Six years after Changi Airport went from government to corporate entity, fears that it would lead to a focus on profits at the expense of service standards have proven unfounded, said the airport's chairman.
Passenger traffic grew strongly by 47 per cent during this time, despite a recent slowdown he is confident will pass, said Mr Liew Mun Leong, chairman of Changi Airport Group (CAG).
Since July 1, 2009, when CAG was created after the Civil Aviation Authority of Singapore was split into two, Changi has won about 150 best airport awards.
The strong numbers have come even as the airport remains financially viable, Mr Liew told The Straits Times. He said: "I think everybody would agree that our retail is very successful."
In the 12 months to the end of March last year, Changi's profits hit almost $900 million, a 19 per cent jump from the year before that. Mr Liew said: "The money is used to finance and reinvest in our infrastructure; in T4, in Jewel, in the T1 expansion, in Changi East."
T4, being built where the former Budget Terminal was located, and Jewel - a $1.7 billion retail-cum-airport structure coming up in front of T1, where an open-air carpark now sits - will open by 2018.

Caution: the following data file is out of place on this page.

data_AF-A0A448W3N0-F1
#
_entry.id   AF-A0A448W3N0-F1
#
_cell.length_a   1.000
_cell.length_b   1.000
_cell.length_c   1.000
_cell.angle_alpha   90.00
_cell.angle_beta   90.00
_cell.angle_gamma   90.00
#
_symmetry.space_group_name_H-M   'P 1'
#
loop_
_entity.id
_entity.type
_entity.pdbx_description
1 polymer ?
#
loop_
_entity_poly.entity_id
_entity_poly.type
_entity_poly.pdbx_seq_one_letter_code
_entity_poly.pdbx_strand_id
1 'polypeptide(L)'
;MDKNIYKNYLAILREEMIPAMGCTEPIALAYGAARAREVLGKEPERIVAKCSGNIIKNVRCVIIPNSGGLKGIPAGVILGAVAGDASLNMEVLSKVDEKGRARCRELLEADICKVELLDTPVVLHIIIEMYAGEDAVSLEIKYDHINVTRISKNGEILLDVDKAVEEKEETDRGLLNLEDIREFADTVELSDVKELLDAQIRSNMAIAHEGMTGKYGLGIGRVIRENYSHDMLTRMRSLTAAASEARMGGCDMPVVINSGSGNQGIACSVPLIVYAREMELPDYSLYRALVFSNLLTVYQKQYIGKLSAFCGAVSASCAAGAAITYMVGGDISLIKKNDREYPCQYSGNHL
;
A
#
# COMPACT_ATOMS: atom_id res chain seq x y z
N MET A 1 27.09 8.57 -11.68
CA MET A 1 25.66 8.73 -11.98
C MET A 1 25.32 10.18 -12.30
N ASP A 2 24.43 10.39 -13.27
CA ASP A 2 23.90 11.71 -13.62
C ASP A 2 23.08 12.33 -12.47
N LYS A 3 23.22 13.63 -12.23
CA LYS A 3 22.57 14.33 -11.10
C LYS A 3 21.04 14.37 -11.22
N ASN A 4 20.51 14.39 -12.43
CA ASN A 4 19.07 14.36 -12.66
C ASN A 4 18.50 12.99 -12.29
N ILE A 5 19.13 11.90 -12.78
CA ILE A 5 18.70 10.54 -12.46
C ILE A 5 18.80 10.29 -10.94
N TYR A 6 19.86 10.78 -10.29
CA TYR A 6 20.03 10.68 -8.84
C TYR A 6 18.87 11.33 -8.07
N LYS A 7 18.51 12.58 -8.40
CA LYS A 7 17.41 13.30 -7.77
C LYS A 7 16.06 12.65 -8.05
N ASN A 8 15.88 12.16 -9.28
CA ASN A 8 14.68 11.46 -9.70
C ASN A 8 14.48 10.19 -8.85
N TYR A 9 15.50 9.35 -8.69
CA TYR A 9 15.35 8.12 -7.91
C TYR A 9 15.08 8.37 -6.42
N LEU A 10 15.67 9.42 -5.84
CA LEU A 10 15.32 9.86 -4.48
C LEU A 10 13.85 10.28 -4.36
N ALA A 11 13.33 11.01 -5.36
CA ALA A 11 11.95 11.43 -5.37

Mr Liew credited a strong team at CAG, led by chief executive officer Lee Seow Hiang who was principal private secretary to the late founding Prime Minister Lee Kuan Yew before he joined the airport, for Changi's success so far.
When the Government announced the decision to corporatise, the rationale was to give the airport more flexibility to innovate, to be responsive and to be nimble to changing industry conditions and new competitive challenges.
For example, Changi could decide on overseas investments and acquisitions, without having to consult the Transport Ministry, and also pay staff better as rival airports were poaching talent.
But not everyone was convinced, Mr Liew said.
Apart from fears that service levels would slip, civil servants were concerned about job security.
He said: "I had to convince and knock some heads."
Six years on, the concerns are allayed. What still remains to be settled is the airport's ownership, which was to have been transferred from the Ministry of Finance to investment firm Temasek Holdings. This has not happened due to uncertainty over how future airport expansion and other projects would be funded.
Mr Liew said: "My personal view is that it's always better to have a commercial body manage a commercial body... The Government's role is to govern."
When will this happen?
"I can't read politicians' minds. I'm only chairman of the board," Mr Liew said.